As organizations migrate to Microsoft 365 as their chosen SaaS-based productivity suite, they are looking to leverage pre-built and custom integrations to maximize their Microsoft 365 benefits. Employees can connect their Office 365, Exchange, SharePoint, Teams, etc. with third-party vendors by consenting to third-party apps with OAuth tokens and/or Microsoft AppSource applications. These applications can be used to help from scheduling meetings, optimize their inbox and integrate analysis tools to Microsoft Word, Excel or PowerPoint.
In addition, administrators can configure organizational apps leveraging the Enterprise Applications, App Registrations and the Azure Active Directory App Gallery functionalities that can be configured to access the above Microsoft 365 services and others such as Azure Active Directory using the Microsoft Graph API and other APIs. Lastly, citizen developers can leverage the builtin no/low-code development platforms such as Microsoft Power Platform, Microsoft Power Apps, Microsoft Power Automate and Microsoft Flows to automate business workflows by integrating multiple data sources.
While Microsoft 365 is inherently secure, third-party vendors who have access to it through these methods can be a weak link. Inherently risky or over-privileged OAuth tokens, etc. can be exploited to gain the keys to the kingdom, placing Microsoft 365 customers at risk of data breaches and account exposure.
Supply chain access attacks against Microsoft 365 are not properly covered by existing security approaches such as IdP (Identity Providers), CASB (Cloud Access Security Broker) and SSPM (SaaS Security Posture Management) solutions that focus on human-to-SaaS access controls and neglect the critical growing non-human SaaS-to-SaaS third-party integration layer.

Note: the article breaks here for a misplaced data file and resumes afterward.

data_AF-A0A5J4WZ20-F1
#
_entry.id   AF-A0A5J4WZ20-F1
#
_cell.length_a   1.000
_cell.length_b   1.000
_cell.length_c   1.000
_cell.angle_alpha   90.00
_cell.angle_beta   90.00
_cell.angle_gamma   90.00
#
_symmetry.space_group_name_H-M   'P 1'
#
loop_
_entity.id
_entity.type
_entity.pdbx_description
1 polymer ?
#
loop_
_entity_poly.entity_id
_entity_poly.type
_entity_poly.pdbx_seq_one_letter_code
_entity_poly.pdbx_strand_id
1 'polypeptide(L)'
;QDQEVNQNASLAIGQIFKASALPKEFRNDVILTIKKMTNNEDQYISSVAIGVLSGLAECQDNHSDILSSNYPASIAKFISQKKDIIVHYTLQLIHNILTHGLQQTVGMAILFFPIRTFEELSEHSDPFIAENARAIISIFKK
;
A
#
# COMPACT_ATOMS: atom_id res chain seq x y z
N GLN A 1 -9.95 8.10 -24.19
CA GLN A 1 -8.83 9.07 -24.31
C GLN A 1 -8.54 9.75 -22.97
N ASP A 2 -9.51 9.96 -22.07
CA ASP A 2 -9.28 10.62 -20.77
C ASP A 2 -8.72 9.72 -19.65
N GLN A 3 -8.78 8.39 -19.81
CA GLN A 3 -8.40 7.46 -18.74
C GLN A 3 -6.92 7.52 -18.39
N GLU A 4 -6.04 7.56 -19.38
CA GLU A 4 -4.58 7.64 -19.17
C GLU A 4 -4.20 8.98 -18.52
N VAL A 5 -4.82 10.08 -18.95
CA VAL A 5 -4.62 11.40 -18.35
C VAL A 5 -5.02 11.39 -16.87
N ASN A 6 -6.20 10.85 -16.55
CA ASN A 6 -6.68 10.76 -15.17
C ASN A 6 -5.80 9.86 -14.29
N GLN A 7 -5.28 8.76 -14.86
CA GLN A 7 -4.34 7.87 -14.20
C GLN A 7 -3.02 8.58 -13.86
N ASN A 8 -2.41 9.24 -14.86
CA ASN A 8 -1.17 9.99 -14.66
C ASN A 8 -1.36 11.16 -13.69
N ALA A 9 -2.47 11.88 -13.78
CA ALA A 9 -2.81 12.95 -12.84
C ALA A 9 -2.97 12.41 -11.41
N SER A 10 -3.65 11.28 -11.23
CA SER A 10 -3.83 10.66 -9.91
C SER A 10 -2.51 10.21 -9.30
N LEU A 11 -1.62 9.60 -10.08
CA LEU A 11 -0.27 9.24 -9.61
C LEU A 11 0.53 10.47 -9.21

The rising adoption of strong authentication methods such as MFA, reduce the effectiveness of hijacking human user credentials. As attackers realize that “conservative” phishing campaigns are less attractive, they’re resorting to new creative phishing methods such as OAuth Consent Phishing attacks. Many security experts and even Microsoft itself continuously warn about this growing risk surface. In recent examples, such as the APT TA2552 campaign, the SANS Institute breach and other recent examples, attackers were able to leverage OAuth Consent Phishing to gain permissions, allowing them to create inbox forward rules, read and write both emails and calendar items of the employees of hundreds of organizations.
During the Solarwinds attack campaign, attackers targeted non-human identities as a prime target for unauthorized access and privilege escalation. Specifically, they manipulated OAuth certificates to maintain existing access or gain additional privileges such as email access since they identified that such OAuth apps are less monitored and accessing them can go “under the radar”. In addition, they breached Mimecast, a leading email security provider, to gain unauthorized access to Microsoft 365 tenants and sensitive emails of Mimecast customers.
Valence seamlessly integrates with your Microsoft 365 environment and helps you discover your SaaS mesh attack surface and manage the risks associated with it: